reason actually initially for doing it was pride.”
But timber companies have another motive for going green. Many think
consumers will pay extra for products that are produced in ways that don’t damage
forests. This idea got a boost last year, when Home Depot announced that it
would certify all 1100 of its outlets. But not everyone thinks certification is a great idea.
After decades of ill-will, there are companies that want nothing to do with
environmentalists. Others say consumers may reject the notion, scared off by higher
prices. Eric Johnson is editor of The Northern Logger, a magazine based in Old
Forge, New York.
“Everybody says they want a clean environment and everyone says they’re
all for environmental protection. But I think what people say and what they do
are quite often different. I think if the major retailers think they’re going
to have a large consumer demand and a large consumer willingness to pay a
premium for lumber, I think maybe they’re misleading themselves.”
There’s also confusion over the type of certification. The timber industry
has launched its own, voluntary set of standards, which environmental groups say
are less stringent. Still, Johnson agrees that groups like Smartwood are
gaining influence fast. The supply of certified wood has grown in recent
years to around five percent of the total market.
(road rumble ambience)
Driving down a logging road, through stands of snow-covered pine and maple,
Domtar’s Wayne Young says he thinks green marketing will keep growing. The
timber industry is intensely competitive, he says. Companies looking for an
edge will have to adopt the new standards.
“I think eventually the market and the public will dictate that all
people need to follow those, so the public is going to decide.”
In order to keep Smartwood’s endorsement, Domtar will have to maintain its
tighter standards. The company will be audited each year by Smartwood’s
team of independent foresters. But the project here in New York is only a
beginning. Domtar is now in the process of certifying its international
operations – more than thirty-six million acres of timberland in Maine,
Ontario, and Quebec.
For the Great Lakes Radio Consortium, I’m Brian Mann in Lyon Mountain, New
A landmark study of asthma is looking at the environmental and socialaspects of a disease that tends to have a greater effect on minoritychildren who live in urban areas. The Great Lakes Radio Consortium’sLester Graham reports:
A landmark study of asthma is looking at the environmental and social
aspects of a disease that tends to have a greater effect on minority children who live in
urban areas. The Great Lakes Radio Consortium’s Lester Graham reports.
This five year program is researching asthma in eight centers
Across the nation. The Detroit portion looks at African-
American children who suffer from asthma. Tim Dvonch is with
The university of Michigan. He says the study looks at a broad
Spectrum of factors that affect the disease,
Everything from pollutants that trigger it to how families
“Medical doctors with direct clinical experience teamed with
environmental scientists teamed with social research scientists, all of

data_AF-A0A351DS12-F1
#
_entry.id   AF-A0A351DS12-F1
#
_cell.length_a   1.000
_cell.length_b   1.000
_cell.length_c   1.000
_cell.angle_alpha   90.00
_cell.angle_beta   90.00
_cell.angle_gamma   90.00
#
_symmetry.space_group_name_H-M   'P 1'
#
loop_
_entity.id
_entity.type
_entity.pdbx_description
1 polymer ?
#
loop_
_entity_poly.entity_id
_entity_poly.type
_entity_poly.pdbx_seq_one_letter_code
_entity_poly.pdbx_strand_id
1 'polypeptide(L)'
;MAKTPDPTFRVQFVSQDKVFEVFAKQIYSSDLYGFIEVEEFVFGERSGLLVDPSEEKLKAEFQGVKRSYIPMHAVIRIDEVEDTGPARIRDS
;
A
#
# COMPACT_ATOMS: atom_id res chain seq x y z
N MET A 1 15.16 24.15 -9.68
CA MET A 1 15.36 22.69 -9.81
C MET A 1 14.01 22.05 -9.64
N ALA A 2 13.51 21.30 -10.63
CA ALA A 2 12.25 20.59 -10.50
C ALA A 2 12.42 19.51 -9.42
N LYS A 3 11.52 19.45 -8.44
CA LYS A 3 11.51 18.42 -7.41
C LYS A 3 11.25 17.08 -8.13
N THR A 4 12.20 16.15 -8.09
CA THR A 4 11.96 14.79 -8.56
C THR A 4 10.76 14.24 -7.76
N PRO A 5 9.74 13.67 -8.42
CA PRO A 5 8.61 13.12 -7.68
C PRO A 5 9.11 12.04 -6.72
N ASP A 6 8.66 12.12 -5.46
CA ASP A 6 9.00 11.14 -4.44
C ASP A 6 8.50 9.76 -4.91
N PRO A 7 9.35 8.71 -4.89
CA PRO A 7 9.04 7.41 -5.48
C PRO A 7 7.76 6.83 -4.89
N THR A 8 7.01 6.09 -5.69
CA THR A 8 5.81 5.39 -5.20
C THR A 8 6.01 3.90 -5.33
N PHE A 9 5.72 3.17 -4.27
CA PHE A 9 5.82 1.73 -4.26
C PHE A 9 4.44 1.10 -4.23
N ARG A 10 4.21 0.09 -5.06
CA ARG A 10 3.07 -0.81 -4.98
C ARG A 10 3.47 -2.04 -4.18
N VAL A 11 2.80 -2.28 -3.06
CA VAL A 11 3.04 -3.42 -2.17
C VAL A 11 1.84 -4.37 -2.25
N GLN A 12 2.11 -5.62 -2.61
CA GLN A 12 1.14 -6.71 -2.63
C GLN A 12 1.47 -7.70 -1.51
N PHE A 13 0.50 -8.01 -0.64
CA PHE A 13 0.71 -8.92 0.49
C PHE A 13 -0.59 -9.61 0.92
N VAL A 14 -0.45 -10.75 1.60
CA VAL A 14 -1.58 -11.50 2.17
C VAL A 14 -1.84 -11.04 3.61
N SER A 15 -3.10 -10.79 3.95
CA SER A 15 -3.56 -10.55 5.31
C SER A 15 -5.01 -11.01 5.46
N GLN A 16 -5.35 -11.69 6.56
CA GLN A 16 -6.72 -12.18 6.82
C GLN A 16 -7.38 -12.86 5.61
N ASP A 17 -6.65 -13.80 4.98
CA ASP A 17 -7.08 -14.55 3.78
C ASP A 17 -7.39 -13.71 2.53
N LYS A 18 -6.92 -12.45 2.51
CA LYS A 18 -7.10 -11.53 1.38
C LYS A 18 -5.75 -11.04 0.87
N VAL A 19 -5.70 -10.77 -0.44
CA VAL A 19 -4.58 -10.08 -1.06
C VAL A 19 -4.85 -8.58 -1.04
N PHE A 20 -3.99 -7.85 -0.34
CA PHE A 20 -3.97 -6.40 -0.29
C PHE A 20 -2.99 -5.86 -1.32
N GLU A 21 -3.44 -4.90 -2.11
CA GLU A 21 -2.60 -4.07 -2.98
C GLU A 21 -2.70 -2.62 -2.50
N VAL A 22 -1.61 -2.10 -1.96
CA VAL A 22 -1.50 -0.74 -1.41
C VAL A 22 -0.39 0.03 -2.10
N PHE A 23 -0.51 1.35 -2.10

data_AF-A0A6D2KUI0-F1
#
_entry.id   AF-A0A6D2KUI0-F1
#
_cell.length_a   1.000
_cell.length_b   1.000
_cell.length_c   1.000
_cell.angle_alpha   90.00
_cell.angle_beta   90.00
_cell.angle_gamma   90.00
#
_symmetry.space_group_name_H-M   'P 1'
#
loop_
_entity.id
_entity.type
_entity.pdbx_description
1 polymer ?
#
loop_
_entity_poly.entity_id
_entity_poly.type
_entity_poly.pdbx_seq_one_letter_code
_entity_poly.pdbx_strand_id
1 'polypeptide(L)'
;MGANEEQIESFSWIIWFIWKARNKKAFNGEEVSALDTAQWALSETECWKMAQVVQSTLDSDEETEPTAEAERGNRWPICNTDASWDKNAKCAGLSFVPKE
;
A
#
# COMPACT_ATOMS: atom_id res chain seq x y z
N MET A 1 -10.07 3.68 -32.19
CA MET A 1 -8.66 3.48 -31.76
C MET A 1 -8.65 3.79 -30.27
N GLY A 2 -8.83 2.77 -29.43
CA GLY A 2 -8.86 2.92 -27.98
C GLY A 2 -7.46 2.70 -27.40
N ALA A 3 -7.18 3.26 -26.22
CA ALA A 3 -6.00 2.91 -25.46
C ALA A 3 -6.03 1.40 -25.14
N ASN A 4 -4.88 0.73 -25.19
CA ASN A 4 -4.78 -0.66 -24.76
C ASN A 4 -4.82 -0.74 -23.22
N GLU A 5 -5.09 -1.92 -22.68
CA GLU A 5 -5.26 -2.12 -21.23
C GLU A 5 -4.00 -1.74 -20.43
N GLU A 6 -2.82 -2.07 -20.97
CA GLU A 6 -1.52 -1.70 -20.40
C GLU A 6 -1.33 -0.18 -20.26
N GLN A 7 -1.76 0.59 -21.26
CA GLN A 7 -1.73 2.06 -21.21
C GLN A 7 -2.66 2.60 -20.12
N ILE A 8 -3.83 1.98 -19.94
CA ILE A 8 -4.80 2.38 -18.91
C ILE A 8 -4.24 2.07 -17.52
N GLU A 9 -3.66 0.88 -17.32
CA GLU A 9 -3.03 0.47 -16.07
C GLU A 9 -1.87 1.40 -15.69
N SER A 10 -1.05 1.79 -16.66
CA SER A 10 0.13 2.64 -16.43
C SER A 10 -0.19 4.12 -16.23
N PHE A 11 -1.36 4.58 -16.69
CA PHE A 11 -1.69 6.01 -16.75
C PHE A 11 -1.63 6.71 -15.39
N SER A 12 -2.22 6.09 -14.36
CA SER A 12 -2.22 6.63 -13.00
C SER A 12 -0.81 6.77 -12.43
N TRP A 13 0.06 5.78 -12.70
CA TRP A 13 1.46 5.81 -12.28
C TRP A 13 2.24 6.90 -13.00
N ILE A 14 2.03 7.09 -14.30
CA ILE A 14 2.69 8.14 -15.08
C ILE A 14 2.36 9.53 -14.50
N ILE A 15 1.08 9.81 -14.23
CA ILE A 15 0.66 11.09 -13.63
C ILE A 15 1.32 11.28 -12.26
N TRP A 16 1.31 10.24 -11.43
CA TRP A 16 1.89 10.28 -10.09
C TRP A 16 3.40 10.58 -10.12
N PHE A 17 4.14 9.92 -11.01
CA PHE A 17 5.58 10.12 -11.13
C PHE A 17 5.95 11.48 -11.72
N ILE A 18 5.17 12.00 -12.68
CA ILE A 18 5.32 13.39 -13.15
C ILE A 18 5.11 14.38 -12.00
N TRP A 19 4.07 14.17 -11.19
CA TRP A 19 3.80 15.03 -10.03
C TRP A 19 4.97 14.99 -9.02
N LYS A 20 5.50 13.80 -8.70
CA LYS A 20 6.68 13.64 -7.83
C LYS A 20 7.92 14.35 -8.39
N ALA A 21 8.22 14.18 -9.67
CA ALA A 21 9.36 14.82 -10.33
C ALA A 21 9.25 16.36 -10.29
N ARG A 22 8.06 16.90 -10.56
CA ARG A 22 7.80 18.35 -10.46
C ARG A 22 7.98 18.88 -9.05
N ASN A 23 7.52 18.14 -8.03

these different people that are on our research teams that are coming
together makes it a very unique strength.”
Besides looking at local environmental factors, the study
Will also look at whether pollutants from smokestack
Industries hundreds of miles away aggravate asthma in
For the Great Lakes Radio Consortium, this is Lester graham.
Researchers are trying to find out what’s causing increasing numbers of asthma cases among children in urban areas. The latest study is one of the largest of its kind ever undertaken. Those involved believe they might find evidence that pollutants from distant sources play a bigger role in asthma attacks than had been previously thought. In the final segment of a three-part series, the Great Lakes Radio Consortium’s Lester Graham reports that if those links are confirmed, only stricter government regulations can reduce the number of cases of asthma:
Researchers are trying to find out what’s causing increasing numbers of
asthma cases among children in urban areas. The latest study is one of the
largest of its kind ever undertaken. Those involved believe they might find
evidence that pollutants from distant sources play a bigger role in asthma
attacks than had been previously thought. In the final segment of a
three-part series, the Great Lakes Radio Consortium’s Lester Graham reports
that if those links are confirmed, only stricter government regulations can
reduce the number of cases of asthma.
The study is being funded by a couple of government agencies.
As part of their work, researchers are giving families tools they can use to help reduce the occurrence of asthma
attacks. But they’re also trying to learn
more about what causes those attacks in the first place. So, they’re monitoring air quality in the homes and neighborhoods where children with asthma live and play. And depending on what the researchers find, these tests, they say, could prove to be a turning point in the debate over emissions and public health.
Previous studies have found that some types of pollution can travel very long distances. For example, scientists have
tracked soot and ozone from power plant smokestacks for hundreds of miles. University of Michigan researcher Tim